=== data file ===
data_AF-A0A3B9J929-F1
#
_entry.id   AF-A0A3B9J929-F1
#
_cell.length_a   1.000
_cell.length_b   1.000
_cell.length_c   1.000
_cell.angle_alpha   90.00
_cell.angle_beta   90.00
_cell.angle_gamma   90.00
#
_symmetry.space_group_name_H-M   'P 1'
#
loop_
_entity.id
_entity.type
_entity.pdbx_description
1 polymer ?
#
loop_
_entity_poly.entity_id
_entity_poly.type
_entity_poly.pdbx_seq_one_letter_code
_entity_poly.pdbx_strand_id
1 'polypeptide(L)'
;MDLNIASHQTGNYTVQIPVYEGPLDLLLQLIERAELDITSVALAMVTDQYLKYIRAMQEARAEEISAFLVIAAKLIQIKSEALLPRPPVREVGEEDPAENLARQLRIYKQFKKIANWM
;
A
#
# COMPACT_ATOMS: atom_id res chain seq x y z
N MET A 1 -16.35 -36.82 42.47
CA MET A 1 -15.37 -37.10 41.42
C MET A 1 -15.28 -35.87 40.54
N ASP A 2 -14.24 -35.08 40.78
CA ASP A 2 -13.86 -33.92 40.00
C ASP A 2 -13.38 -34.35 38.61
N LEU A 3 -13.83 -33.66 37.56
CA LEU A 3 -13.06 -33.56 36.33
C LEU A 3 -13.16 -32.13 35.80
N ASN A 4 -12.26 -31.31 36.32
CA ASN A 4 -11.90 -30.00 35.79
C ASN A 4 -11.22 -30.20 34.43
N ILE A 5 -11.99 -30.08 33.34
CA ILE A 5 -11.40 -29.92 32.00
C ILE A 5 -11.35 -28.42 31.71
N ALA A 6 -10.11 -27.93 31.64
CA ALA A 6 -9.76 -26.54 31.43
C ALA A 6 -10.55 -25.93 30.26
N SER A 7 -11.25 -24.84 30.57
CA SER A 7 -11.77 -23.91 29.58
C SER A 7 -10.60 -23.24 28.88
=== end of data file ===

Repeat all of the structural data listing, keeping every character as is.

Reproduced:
data_AF-A0A3B9J929-F1
#
_entry.id   AF-A0A3B9J929-F1
#
_cell.length_a   1.000
_cell.length_b   1.000
_cell.length_c   1.000
_cell.angle_alpha   90.00
_cell.angle_beta   90.00
_cell.angle_gamma   90.00
#
_symmetry.space_group_name_H-M   'P 1'
#
loop_
_entity.id
_entity.type
_entity.pdbx_description
1 polymer ?
#
loop_
_entity_poly.entity_id
_entity_poly.type
_entity_poly.pdbx_seq_one_letter_code
_entity_poly.pdbx_strand_id
1 'polypeptide(L)'
;MDLNIASHQTGNYTVQIPVYEGPLDLLLQLIERAELDITSVALAMVTDQYLKYIRAMQEARAEEISAFLVIAAKLIQIKSEALLPRPPVREVGEEDPAENLARQLRIYKQFKKIANWM
;
A
#
# COMPACT_ATOMS: atom_id res chain seq x y z
N MET A 1 -16.35 -36.82 42.47
CA MET A 1 -15.37 -37.10 41.42
C MET A 1 -15.28 -35.87 40.54
N ASP A 2 -14.24 -35.08 40.78
CA ASP A 2 -13.86 -33.92 40.00
C ASP A 2 -13.38 -34.35 38.61
N LEU A 3 -13.83 -33.66 37.56
CA LEU A 3 -13.06 -33.56 36.33
C LEU A 3 -13.16 -32.13 35.80
N ASN A 4 -12.26 -31.31 36.32
CA ASN A 4 -11.90 -30.00 35.79
C ASN A 4 -11.22 -30.20 34.43
N ILE A 5 -11.99 -30.08 33.34
CA ILE A 5 -11.40 -29.92 32.00
C ILE A 5 -11.35 -28.42 31.71
N ALA A 6 -10.11 -27.93 31.64
CA ALA A 6 -9.76 -26.54 31.43
C ALA A 6 -10.55 -25.93 30.26
N SER A 7 -11.25 -24.84 30.57
CA SER A 7 -11.77 -23.91 29.58
C SER A 7 -10.60 -23.24 28.88